Post Sun Mar 07, 2010 12:26 pm

Posts: 575
Location: devon,england
hi guys, way i look at is ... standard h-d head bolt spanner. tighten until ur hand hurts ...obviously going oppersite bolts and working up from loose to snug ,quite tight ,tight ,very tight,hand hurts tight.
bloody hell aint like there is wet linners or water or oil or actually anything , 5:1 compression isnt going to blow out a gasket unless its not tight and tight is ft.
regards jib
Dude, check out that jibhead, he's crazy. Hasn't been sober for 40 years

Post Sun Mar 07, 2010 3:05 pm

Posts: 54
Location: Ontario, Canada
When I was a lad my father tought me that tight is tight
and to tight is broken.
I will often tighten a part as the service manual describes it
as evenly tight
and then take a torque wrench and see were it sits
and then adopt that # ft lbs as my spec.
If no issues occure thats the torque spec for next time.

Post Sun Mar 07, 2010 6:35 pm

Posts: 49
If the head is attached by 7/16" diameter head bolts, I still recommend 60-65 ft-lbs torque, regardless if the head is iron or aluminum, . While the Ft. Knox book suggests a 40 ft-lb setting for aluminum heads, the entire sentence reads "The head bolts are 3/8 inch in diameter and opposite bolts should be drawn up with a torque wrench to approximately 40 foot pounds." The 40 ft-lbs quoted is for 3/8" diameter bolts or, to be more precise, for the 3/8" diameter studs that were used on 1950 and earlier iron head 45 motors and which were used by the US Army prior to 1940.

As to cracking a head, personally I have never cracked a head, iron or aluminum, using the 65 ft-lb setting and a criss-cross torque pattern. As to pulling the threads from a bad hole, I'd rather the threads pull when I am rebuilding a motor than later when it is on the road. A heck of a lot easier to repair, although a pain, when you're in your shop with all of your tools. As it stands, if I am rebuilding a motor and the threads are visibly bad or questionable, I am going to repair the threads before the barrel is installed.

The real concern in torqueing heads is that all the bolts are drawn up evenly using a criss-cross pattern. The criss-cross pattern will prevent warpage of the head and improper stretching of the gasket. The proper torque will prevent a loose bolt or two from a causing a blow head gasket and/or a warped head. Aluminum heads warp more easily than do iron heads.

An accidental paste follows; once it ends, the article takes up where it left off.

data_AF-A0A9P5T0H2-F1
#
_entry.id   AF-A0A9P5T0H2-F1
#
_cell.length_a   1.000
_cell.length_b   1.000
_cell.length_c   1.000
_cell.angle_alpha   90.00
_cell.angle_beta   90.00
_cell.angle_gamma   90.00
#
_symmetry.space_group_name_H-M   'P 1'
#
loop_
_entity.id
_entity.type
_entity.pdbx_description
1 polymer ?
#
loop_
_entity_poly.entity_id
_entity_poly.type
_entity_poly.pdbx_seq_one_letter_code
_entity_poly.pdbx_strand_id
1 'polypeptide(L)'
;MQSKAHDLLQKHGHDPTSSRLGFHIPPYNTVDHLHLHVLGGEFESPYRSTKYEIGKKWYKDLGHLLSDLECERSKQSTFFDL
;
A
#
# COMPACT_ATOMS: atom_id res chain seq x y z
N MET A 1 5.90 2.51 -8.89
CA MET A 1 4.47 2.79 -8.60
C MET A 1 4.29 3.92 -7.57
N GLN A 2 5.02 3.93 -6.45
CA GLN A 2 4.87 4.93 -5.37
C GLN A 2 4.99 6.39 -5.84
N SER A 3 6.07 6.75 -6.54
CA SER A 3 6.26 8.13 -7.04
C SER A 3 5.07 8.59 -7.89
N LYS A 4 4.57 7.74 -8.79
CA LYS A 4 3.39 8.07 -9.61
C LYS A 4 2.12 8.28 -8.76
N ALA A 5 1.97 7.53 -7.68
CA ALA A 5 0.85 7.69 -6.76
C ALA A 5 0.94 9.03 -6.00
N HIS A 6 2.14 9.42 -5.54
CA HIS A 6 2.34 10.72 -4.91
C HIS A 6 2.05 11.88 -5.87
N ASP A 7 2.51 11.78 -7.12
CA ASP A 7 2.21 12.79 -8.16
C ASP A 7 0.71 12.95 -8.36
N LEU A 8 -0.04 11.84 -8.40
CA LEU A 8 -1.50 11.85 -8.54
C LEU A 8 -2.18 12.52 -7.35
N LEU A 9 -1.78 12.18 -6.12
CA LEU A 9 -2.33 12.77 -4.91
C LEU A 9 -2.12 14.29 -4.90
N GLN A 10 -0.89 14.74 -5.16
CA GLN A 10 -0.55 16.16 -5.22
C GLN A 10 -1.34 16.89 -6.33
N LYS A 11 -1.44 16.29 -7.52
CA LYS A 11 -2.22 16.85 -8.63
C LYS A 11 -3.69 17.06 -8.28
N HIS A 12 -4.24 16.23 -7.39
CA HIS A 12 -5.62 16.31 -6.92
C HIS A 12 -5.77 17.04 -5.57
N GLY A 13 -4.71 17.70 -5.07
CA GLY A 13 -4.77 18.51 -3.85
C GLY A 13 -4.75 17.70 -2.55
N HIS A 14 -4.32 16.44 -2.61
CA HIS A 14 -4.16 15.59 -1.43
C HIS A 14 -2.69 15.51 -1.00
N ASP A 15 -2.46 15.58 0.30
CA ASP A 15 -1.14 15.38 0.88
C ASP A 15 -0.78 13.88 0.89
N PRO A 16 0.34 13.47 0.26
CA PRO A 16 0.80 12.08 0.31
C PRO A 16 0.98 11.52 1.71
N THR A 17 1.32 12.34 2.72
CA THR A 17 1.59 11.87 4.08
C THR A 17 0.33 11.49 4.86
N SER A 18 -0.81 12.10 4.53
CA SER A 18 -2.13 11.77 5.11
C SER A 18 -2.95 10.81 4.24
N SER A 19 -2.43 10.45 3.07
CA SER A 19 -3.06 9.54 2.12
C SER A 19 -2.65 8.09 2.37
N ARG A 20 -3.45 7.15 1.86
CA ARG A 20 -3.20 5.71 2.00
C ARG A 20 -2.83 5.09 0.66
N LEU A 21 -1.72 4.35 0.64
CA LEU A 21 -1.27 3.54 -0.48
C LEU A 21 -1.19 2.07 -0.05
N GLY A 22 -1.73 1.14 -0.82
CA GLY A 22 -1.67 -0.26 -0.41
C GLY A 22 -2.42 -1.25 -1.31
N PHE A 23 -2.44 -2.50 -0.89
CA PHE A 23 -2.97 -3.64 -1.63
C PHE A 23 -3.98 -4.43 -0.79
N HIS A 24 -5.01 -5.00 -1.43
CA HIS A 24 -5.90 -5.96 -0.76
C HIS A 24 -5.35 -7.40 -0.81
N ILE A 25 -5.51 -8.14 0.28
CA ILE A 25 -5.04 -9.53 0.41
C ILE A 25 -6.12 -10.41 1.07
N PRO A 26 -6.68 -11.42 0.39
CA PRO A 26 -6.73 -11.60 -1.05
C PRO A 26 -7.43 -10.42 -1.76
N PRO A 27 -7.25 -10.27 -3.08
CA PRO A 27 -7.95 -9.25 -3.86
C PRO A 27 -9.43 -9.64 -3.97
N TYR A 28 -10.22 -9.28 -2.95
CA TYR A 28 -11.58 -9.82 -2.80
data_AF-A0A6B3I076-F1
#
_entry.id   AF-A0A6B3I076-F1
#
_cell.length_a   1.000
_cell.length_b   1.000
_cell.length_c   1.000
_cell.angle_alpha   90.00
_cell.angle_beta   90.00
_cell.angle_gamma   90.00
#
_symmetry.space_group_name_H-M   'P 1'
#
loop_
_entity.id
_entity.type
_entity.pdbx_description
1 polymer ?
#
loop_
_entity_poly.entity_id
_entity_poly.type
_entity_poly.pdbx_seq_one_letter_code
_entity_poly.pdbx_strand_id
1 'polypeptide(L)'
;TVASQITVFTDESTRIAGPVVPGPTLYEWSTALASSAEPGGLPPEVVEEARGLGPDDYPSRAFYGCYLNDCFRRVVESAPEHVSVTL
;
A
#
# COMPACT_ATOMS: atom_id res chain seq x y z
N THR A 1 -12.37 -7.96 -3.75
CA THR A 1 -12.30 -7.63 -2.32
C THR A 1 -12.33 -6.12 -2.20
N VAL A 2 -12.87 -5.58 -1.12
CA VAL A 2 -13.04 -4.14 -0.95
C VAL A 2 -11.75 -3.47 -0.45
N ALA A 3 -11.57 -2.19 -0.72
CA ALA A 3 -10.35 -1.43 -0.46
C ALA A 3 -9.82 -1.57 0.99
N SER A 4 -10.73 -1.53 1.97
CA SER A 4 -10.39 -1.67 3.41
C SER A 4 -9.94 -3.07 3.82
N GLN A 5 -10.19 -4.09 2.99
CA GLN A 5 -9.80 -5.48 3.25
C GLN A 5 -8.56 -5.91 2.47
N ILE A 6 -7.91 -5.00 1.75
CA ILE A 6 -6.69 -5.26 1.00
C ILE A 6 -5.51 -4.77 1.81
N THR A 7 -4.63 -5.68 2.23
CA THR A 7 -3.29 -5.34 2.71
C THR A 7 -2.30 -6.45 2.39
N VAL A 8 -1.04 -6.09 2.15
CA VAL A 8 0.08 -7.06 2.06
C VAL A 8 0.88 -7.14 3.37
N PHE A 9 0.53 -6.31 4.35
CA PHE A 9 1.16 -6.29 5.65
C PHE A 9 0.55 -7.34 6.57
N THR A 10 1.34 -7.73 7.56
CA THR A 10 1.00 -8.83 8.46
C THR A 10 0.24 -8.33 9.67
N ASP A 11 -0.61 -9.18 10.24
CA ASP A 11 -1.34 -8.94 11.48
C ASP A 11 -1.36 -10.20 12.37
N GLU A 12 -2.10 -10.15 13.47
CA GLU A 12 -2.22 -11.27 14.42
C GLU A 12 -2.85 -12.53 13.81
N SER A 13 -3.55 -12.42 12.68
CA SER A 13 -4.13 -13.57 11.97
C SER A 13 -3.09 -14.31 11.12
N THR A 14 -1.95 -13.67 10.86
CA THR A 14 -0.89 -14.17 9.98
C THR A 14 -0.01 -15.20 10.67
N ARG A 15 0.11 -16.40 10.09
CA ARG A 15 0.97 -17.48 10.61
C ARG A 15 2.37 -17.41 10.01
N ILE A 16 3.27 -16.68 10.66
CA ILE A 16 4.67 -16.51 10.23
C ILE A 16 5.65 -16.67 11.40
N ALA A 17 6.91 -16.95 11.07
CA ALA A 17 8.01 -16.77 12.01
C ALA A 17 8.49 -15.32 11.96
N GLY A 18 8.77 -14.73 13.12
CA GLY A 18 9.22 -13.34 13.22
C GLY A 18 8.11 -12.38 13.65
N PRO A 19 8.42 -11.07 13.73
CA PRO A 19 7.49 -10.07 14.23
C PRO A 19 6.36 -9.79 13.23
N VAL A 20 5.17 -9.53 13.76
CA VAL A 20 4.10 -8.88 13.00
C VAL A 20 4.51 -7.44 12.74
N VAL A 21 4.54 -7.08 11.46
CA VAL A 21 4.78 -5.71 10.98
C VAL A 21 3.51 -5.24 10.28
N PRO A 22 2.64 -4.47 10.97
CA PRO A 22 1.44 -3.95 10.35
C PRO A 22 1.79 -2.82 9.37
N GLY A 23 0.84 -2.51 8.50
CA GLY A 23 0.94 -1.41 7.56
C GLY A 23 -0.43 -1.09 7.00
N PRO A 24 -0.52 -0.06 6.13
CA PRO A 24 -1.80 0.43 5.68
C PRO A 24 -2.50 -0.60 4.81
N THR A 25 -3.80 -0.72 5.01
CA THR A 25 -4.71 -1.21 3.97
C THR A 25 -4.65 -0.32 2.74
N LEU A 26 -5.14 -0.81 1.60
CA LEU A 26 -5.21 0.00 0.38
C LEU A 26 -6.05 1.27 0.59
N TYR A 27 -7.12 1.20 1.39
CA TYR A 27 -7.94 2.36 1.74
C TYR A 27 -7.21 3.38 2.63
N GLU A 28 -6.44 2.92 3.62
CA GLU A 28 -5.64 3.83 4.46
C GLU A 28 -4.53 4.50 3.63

Post Sun Mar 07, 2010 9:28 pm
Pa Site Admin

Posts: 5843
Location: Ohio USA

Thank you Bruce. That definately sets my mind at ease. :D Pa

Post Mon Mar 08, 2010 6:36 am

Posts: 186
I spoke with several fellows at work. Qualified diesel and automotive mechanics for example.
Advised to follow the criss cross patten when torqueing up.

Use lubrication on the threads. Never seize, copper coat. Grease.
Not too much though.
No problems with giving false tension.

Don't puss around while tightening the bolt. Slow but direct, until the torque wrench clicks.
Thread stretch takes over if done too carefully.

Go up in increments.

Interesting to hear for sure, but will follow the Harley Davidson advise first.

If the bolt feels mushy, its obviously pulling the thread.

My heads don't leak, so might just go with 50/55 ft/lbs for the first 500 mile service, and see how that goes.


Post Wed Apr 10, 2013 4:55 pm

Posts: 1
I like to tighten head bolts 1/2 turn before they break

Post Wed Apr 10, 2013 7:38 pm

Posts: 1654
I would have thought that 50-55 ft/lb was plenty for a copper gasket and alloy head. Bruce Palmers comments re even tightening in a regular pattern are very much to the point. I've often felt that the well-known problems with Triumph heads were related in art, to neglect f this by back-yard mechanics in a time when torque spanner s were rare.
Shoot, a man could have a good weekend in Dallas with all that stuff...

Post Thu Apr 11, 2013 11:32 am

Posts: 112
and make sure that none of your bolts aren't bottoming out.

Post Thu Apr 11, 2013 11:34 am

Posts: 112
make sure your bolts ( ARE NOT ) bottoming out.